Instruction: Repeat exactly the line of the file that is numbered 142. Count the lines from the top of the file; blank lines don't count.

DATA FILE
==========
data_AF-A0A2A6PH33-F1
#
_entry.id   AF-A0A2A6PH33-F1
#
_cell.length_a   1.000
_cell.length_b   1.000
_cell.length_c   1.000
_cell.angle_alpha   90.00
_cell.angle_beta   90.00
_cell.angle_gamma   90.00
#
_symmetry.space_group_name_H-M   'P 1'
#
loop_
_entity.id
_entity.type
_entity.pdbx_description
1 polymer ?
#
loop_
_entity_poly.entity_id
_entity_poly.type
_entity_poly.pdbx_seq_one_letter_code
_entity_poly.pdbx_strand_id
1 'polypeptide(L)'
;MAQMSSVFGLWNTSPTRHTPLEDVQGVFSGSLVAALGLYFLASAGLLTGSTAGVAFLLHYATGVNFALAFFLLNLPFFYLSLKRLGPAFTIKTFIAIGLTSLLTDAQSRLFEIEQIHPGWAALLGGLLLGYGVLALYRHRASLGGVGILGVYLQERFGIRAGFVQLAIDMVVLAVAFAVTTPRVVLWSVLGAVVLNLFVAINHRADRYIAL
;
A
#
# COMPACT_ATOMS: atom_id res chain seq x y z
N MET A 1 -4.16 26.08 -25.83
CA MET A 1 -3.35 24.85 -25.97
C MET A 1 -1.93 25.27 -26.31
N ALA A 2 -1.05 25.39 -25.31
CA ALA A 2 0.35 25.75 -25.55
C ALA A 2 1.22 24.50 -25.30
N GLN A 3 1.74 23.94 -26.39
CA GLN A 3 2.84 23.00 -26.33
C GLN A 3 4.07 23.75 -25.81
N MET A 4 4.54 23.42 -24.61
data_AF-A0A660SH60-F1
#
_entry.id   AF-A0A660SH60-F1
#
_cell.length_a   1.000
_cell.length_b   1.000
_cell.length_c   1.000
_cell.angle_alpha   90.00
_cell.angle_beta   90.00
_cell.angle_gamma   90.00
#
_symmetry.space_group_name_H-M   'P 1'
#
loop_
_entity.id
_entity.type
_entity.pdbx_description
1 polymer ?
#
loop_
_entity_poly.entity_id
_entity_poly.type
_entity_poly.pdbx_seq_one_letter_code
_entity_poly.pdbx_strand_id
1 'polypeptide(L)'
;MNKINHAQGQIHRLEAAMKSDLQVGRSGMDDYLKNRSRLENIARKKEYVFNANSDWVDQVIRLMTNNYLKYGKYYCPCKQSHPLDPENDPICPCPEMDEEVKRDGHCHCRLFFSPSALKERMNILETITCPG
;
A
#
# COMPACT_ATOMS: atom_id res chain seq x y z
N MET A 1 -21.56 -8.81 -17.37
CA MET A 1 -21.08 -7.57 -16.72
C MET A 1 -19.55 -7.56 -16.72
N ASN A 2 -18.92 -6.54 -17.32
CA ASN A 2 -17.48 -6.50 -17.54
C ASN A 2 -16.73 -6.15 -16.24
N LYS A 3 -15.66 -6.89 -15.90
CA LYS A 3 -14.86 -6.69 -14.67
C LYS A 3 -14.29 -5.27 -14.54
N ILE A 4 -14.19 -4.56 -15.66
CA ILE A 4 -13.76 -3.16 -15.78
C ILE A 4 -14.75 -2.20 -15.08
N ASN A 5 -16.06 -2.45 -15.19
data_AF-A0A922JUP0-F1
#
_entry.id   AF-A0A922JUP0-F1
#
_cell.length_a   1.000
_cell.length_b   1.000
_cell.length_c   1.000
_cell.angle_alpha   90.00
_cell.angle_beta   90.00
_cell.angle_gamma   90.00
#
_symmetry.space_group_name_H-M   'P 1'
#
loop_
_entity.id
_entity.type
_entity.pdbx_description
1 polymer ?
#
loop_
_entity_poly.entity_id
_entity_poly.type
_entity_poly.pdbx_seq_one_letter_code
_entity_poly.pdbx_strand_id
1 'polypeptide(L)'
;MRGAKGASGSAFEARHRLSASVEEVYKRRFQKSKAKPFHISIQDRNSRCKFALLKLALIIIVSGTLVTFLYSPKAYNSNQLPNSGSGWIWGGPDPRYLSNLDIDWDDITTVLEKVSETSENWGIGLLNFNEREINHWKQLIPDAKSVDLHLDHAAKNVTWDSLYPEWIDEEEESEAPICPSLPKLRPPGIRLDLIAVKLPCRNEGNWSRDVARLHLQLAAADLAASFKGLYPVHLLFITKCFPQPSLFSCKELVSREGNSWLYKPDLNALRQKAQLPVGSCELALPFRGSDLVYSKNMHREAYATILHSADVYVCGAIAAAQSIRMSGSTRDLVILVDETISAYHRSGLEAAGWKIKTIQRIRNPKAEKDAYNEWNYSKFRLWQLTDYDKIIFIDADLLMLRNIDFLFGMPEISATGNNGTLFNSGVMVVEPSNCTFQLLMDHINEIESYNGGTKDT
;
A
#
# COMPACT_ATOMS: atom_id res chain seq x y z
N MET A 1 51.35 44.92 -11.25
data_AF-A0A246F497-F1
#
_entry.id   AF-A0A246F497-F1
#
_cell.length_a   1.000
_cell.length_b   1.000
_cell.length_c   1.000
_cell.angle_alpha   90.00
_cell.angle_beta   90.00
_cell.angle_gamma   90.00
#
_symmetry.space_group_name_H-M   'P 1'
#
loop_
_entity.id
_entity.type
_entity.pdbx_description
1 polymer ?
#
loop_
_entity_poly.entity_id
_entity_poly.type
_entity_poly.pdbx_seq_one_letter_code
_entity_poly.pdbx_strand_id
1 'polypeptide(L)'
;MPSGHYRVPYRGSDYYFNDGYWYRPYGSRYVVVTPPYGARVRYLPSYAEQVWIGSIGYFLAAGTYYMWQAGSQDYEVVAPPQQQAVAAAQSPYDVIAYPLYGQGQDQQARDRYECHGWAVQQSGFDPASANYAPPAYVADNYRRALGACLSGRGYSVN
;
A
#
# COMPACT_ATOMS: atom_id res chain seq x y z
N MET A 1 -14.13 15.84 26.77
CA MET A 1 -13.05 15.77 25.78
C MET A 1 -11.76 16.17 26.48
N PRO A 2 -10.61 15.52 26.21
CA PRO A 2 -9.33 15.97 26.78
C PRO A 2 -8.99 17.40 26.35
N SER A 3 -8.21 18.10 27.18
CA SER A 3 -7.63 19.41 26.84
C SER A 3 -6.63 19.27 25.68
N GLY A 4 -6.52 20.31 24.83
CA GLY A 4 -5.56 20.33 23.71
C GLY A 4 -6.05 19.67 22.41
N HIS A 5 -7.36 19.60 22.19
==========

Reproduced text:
A